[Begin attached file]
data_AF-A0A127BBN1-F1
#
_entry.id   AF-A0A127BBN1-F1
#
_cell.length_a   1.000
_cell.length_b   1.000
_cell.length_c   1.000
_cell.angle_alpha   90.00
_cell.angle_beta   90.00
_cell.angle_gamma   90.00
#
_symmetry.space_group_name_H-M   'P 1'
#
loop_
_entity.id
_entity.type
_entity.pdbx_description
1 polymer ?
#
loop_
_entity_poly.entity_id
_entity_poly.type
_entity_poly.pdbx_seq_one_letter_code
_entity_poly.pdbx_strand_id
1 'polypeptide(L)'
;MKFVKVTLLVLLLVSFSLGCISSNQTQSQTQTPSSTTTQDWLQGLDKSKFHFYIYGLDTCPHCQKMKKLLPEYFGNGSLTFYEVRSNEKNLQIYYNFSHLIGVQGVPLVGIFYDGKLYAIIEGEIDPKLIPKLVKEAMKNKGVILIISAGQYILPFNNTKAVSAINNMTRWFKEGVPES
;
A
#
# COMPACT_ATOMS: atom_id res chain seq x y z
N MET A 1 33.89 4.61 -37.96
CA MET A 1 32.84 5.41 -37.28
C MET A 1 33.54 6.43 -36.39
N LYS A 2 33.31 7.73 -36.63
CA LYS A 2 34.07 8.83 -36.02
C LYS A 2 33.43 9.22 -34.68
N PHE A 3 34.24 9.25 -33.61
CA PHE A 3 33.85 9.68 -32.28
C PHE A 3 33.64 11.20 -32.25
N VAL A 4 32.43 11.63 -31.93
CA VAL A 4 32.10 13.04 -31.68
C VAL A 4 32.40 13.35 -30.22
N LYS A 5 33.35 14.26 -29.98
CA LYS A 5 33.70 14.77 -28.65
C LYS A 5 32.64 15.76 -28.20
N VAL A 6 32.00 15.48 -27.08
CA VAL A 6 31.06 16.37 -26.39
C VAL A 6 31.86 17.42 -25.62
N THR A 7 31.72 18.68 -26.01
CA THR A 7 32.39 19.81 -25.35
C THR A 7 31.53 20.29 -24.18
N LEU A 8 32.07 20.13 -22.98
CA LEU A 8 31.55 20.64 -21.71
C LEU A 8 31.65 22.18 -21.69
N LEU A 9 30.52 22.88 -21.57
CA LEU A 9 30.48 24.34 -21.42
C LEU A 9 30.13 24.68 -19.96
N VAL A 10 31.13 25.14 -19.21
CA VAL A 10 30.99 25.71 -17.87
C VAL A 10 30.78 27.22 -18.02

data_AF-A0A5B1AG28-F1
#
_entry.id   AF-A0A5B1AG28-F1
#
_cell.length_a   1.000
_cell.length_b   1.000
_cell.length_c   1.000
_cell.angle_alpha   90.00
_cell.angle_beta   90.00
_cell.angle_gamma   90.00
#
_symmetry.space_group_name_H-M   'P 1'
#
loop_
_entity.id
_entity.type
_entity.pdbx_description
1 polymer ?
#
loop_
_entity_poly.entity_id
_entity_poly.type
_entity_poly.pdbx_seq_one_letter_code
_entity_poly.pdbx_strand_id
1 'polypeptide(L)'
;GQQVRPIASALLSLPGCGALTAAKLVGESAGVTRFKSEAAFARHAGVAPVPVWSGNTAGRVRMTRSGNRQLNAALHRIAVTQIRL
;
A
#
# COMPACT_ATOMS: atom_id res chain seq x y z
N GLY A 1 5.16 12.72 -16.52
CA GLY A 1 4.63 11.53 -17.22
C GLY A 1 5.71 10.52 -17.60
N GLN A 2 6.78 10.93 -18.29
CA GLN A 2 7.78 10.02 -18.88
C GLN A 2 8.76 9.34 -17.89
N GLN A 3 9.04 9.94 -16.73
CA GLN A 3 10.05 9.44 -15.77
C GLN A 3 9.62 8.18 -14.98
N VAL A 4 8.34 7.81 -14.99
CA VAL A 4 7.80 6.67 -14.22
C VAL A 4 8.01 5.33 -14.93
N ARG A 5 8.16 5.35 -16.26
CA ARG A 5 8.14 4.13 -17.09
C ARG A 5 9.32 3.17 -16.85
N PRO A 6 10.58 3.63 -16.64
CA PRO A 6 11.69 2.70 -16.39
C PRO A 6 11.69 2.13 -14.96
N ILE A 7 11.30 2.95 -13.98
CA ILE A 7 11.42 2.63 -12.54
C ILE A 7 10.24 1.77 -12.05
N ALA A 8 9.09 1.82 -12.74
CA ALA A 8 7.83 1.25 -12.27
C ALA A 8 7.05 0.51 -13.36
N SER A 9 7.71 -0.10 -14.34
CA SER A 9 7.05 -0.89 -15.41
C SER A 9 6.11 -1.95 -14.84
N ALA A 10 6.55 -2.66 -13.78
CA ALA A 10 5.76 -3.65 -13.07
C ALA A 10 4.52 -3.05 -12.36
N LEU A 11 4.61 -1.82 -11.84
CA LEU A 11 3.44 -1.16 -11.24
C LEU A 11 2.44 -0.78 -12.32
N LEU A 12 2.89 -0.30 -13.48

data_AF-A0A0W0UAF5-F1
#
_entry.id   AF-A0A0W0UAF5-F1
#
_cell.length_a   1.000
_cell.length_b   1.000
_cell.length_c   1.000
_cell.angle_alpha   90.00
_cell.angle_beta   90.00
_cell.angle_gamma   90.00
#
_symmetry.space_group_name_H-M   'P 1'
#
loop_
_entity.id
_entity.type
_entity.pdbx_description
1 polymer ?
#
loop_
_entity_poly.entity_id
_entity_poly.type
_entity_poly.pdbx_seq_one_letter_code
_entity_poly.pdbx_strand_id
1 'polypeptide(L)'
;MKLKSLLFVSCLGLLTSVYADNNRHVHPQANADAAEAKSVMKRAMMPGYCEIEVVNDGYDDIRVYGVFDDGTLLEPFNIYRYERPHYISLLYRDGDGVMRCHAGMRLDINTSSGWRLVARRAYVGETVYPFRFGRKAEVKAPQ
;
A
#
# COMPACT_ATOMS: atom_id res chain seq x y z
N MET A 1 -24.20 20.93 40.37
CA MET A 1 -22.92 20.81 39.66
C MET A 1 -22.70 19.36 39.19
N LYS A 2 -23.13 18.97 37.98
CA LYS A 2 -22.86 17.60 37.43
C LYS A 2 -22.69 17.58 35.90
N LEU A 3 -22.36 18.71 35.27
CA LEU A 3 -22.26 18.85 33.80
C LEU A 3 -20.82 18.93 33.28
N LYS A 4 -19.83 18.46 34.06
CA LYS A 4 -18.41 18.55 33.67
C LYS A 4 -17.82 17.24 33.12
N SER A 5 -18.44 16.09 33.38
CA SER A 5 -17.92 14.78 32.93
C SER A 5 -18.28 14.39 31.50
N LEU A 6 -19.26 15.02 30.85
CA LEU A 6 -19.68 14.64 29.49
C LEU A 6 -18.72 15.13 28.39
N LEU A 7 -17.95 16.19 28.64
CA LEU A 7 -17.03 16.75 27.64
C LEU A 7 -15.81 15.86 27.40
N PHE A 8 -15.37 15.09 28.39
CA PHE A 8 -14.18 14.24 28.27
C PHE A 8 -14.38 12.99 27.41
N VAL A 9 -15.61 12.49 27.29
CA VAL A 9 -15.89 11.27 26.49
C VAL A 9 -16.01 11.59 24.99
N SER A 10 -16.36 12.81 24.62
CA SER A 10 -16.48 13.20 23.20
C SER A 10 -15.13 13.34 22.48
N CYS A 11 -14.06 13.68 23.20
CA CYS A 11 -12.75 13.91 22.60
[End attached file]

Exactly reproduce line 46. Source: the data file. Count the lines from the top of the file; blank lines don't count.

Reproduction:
N VAL A 6 32.00 15.48 -27.08